BBER PUBLICATIONS SEARCH RESULTS
The results of these searches may return Montana Business Quarterly articles which are not always available online.
Publications in Category: Technology, in date order.
From Boom to Bust - The Economic Impact of the Bakken
Paul E. Polzin
The American energy boom began with improvements in technology and led to the shale-energy revolution. This article attempts to put events into perspective by looking at the Bakken area on the Montana-North Dakota border over the entire boom and bust cycle.
2020 Census Goes Digital
The future is here ? the United States census is moving online to save money and make participation easier. Find out what?s in store, why the census is important and how Montana has changed since the last census in 2010.
Technology & Innovation - Faster Growth for High-Tech
Christina Quick Henderson
In 2015, a University of Montana Bureau of Business and Economic Research (BBER) survey of Montana High Tech Business Alliance (MHTBA) members captured for the first time data measuring the size and growth potential of Montana?s high tech sector.
Getting the News - Technology Changes Habits
John Baldridge and Bill Whitsitt
Montanans highly value their news and are increasingly using mobile devices to access news over the Internet. Montanans in every age group - including 65 and older- are reading the latest news stories on phones, tablets and computers. In a world with a growing wealth of Internet-based information, some vital questions were recently addressed by first-of-its-kind, Montana-based survey research conducted by the Bureau of Business and Economic Research for the Greater Montana Foundation on important issues facing Montana.The findings of the survey are especially important since they come at a time of revolutionary changes in media technology, in addition to the growth in Internet use worldwide and in Montana.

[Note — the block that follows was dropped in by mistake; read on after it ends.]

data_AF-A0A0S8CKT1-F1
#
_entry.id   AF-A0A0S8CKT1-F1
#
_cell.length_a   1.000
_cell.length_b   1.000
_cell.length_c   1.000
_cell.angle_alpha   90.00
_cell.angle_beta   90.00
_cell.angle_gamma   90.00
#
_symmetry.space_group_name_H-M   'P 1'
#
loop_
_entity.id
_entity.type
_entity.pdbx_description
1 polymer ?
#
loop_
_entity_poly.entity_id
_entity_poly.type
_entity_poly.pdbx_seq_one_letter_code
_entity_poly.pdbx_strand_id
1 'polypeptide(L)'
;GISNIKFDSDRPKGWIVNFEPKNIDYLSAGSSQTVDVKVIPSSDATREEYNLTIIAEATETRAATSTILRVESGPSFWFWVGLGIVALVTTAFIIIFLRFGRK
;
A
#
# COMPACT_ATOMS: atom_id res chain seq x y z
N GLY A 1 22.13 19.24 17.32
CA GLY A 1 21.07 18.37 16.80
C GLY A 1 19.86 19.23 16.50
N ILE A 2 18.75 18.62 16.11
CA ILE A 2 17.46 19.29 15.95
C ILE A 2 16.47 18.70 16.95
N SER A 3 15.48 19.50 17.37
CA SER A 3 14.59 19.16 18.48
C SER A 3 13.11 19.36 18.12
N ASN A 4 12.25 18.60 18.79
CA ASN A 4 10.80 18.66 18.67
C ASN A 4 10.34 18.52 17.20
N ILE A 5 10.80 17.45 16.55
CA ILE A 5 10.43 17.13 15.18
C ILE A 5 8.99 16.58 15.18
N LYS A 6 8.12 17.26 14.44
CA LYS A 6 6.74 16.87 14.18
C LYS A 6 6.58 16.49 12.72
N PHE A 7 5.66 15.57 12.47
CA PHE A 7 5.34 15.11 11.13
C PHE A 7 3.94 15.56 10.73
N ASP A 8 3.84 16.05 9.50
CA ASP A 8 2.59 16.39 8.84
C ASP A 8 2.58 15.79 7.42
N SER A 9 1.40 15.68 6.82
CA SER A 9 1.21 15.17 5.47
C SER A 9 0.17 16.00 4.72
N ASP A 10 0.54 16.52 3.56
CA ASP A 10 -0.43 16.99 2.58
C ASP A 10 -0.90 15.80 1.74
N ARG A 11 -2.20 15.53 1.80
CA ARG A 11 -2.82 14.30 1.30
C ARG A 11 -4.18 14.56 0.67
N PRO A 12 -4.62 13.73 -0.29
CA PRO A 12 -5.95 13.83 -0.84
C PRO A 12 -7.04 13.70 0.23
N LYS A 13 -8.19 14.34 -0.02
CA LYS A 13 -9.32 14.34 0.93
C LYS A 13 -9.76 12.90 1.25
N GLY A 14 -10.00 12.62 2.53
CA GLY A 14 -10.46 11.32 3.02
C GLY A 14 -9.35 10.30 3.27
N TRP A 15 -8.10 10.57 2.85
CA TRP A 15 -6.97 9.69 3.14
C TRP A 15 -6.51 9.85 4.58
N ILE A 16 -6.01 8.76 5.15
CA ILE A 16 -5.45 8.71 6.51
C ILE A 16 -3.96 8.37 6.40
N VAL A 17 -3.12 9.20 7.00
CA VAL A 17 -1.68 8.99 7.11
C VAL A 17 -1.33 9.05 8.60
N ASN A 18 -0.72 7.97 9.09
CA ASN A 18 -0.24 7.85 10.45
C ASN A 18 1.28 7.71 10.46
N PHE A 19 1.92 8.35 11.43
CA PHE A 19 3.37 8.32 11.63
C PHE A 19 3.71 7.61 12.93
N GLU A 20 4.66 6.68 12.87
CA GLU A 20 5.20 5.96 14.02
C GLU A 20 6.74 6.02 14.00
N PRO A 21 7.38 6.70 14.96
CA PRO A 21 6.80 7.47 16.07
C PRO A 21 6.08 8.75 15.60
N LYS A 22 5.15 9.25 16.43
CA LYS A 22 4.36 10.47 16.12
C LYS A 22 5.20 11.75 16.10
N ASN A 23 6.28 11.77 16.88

The State of Montana Manufacturing - 2015 Edition
Paul Polzin, Emeritus Director
Strong growth in Montana manufacturing employment occurred despite permanent closures in several manufacturing industries. Employment in the wood and paper products industry decreased by 550 workers between 2009Q2 and 2013Q3. Employment in all the other components of Montana manufacturing increased by about 1,600 workers, or 11.3 percent. In summary, since the start of the recovery Montana manufacturing employment has increased considerably faster than the national rate. This strong performance was in spite of permanent closures in the wood and paper products industries.
High Growth for High Tech - Fast-Growing, High-Pay Industry Cluster is Outpacing Other Sectors of Montana's Economy
Patrick M. Barkey, John Baldridge, Christina Henderson, and Shannon Furniss
Montana is quietly increasing its footprint in high-tech businesses, with growth projected to vastly exceed the average statewide economic growth. Unbeknownst to many, there are a number of high-tech companies scattered across Montana that are creating high paying jobs and challenging the older stereotypes about our economic base.
A Profile of Montana's High-Tech Industries
Bureau of Business and Economic Research
This report on the high-tech industry in the state of Montana is the first of its kind. The Montana High Tech Business Alliance (HTBA), a newly formed, member-driven group of high-tech businesses and other organizations statewide, asked the University of Montana Bureau of Business and Economic Research (BBER) to collect information and insights from its members so that a better assessment of its economic footprint and its prospects for continued growth could be made. This report presents the findings of that research.
Montana''s high-tech industry will grow 8-10 times the projected statewide growth rate, with average wages at about $50,000 - twice the median earnings per Montana worker, according to a recent study by the University of Montana Bureau of Business and Economic Research.